Eddie O'Sullivan admits Ireland fear a confidence-fuelled Wales side ahead of their Triple Crown showdown in Dublin.
O'Sullivan is to go head-to-head with former boss Warren Gatland
Wales, unbeaten in the Six Nations, thrashed Italy 47-8 in Cardiff while the Irish defeated Scotland 34-13 to set up a pivotal 8 March clash.
Irish coach O'Sullivan said: "In 2005 Wales built momentum throughout the tournament and won the Grand Slam.
"All sides play better when they're confident but Wales do fire very well when they're on top of their game."
Wales' stunning win over Italy on Saturday ensures they are the only remaining Grand Slam contenders.
Ireland, on the other hand, recovered from their defeat to France to beat Scotland on Saturday.
New coach Warren Gatland's Welsh revolution began with a famous victory over England.
Gatland's men followed up their Twickenham heroics with success over Scotland and Italy as Wales bid for a second Grand Slam in four years.
O'Sullivan's knows his improving Ireland face a formidable force.
"Wales are a very difficult team to play against when they're confident," said the successor to Gatland as Ireland coach.
"They've had some great results in recent years against the top teams in the world, especially in Cardiff.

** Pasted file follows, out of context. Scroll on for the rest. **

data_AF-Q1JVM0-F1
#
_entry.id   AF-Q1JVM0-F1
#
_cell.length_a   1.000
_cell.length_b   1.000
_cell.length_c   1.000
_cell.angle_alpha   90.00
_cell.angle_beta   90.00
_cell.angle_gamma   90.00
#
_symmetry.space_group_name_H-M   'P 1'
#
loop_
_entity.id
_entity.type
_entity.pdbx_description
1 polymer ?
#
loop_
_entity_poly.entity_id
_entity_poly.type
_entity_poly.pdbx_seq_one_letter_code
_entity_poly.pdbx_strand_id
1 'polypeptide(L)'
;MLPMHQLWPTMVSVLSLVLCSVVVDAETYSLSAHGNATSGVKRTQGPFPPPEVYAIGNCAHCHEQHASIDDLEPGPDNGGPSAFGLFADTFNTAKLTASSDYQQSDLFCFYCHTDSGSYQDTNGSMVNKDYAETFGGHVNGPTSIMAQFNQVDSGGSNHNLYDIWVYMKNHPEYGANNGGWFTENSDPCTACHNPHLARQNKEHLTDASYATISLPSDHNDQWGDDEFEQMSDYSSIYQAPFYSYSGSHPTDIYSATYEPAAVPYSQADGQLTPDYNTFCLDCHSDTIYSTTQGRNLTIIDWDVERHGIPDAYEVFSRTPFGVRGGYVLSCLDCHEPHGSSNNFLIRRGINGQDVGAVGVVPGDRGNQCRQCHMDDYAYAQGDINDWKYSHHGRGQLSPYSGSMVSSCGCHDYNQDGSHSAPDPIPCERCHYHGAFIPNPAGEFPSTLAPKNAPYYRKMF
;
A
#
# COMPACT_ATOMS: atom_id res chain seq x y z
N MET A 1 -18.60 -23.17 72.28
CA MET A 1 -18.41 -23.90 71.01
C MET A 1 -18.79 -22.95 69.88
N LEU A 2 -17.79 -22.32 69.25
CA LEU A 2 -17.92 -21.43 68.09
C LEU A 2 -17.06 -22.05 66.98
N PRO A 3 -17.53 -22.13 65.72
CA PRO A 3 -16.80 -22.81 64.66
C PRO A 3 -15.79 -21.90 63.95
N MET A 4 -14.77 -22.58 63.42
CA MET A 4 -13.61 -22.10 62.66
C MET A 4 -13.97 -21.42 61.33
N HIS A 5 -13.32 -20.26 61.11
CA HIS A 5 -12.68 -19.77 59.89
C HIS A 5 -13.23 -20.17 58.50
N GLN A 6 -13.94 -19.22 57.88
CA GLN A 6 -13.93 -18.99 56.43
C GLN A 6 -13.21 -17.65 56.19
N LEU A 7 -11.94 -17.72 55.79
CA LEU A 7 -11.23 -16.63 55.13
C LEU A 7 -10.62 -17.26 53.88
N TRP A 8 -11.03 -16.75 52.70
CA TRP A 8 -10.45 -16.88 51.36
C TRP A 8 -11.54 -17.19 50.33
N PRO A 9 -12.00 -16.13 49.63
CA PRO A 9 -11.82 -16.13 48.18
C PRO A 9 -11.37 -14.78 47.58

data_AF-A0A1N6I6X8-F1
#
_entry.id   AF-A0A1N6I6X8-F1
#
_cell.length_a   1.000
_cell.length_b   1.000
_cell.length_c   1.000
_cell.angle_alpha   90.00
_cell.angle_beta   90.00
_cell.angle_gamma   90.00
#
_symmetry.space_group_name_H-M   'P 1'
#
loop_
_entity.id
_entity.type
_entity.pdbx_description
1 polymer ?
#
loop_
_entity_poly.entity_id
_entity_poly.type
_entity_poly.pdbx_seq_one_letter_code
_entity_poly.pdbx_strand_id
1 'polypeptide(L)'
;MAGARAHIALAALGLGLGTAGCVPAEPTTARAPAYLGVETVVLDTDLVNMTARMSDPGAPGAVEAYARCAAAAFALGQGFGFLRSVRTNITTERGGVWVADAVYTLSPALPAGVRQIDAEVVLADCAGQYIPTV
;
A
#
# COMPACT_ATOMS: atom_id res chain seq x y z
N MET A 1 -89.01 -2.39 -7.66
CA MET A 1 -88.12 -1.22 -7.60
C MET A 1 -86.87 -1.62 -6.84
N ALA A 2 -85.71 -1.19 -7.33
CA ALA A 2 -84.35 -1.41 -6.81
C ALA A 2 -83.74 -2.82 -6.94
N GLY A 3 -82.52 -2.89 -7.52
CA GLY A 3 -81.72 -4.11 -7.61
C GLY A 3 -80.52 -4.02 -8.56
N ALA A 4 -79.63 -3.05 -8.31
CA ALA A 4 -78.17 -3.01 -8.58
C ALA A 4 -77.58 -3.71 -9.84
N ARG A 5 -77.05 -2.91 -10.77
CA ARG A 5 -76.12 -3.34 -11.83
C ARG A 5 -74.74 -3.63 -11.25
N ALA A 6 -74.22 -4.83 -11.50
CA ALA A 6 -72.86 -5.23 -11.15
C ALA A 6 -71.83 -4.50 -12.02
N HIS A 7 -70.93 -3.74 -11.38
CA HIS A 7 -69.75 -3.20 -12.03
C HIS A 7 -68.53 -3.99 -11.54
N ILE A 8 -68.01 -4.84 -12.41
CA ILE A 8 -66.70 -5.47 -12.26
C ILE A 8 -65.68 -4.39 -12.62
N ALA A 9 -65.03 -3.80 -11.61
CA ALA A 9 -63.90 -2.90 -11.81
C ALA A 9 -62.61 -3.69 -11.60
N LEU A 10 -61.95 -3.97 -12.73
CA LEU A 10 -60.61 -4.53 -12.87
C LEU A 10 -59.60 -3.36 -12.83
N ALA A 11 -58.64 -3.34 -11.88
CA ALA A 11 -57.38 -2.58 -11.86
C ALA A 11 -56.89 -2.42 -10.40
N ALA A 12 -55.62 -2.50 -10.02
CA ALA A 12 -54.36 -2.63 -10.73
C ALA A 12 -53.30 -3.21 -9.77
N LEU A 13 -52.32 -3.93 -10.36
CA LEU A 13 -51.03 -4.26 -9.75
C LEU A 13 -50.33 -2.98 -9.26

"They play well as a confidence team and they're in that frame of mind right now.
"We have to be up front about it, accept they're firing at the moment and believe in what they're doing.
"That makes them a force to be reckoned with."
O'Sullivan, whose Ireland are chasing his third successive Triple Crown, has braced Croke Park for a thriller when attack-minded Wales come to town.
"It could be the match of the tournament," he said.
"Because of the direction we're going and because of our own growing confidence, we could have a cracking game on our hands.
"Both teams like to run and if it's a dry day at Croke Park, it will be all bets are off and a great spectacle."
The Ireland coach may be hyping the impending conflict on the pitch but of equal significance will be the personal duel between the rival coaches.
O'Sullivan controversial succession to Gatland as Ireland coach is an intriguing subplot to an already crunch game and a topic which is set to dominate much of the pre-match talk.
But so far O'Sullivan, who had been Gatland's Ireland assistant, has greeted the Kiwi's achievements for Wales with unreserved praise.
He said: "New coaches have come to Wales and introduced fresh ideas, keeping the players on top of their toes.
"They got off to a good start in the Six Nations, getting two important wins.
"The way Warren is rotating the squad points to a much better spread of talent than Wales had in 2005, when they won the Grand Slam.
"That's evident in the way they've moved selection around yet are still getting results.
"The Welsh team have much more depth than in 2005, but it's a similar style of play they're using."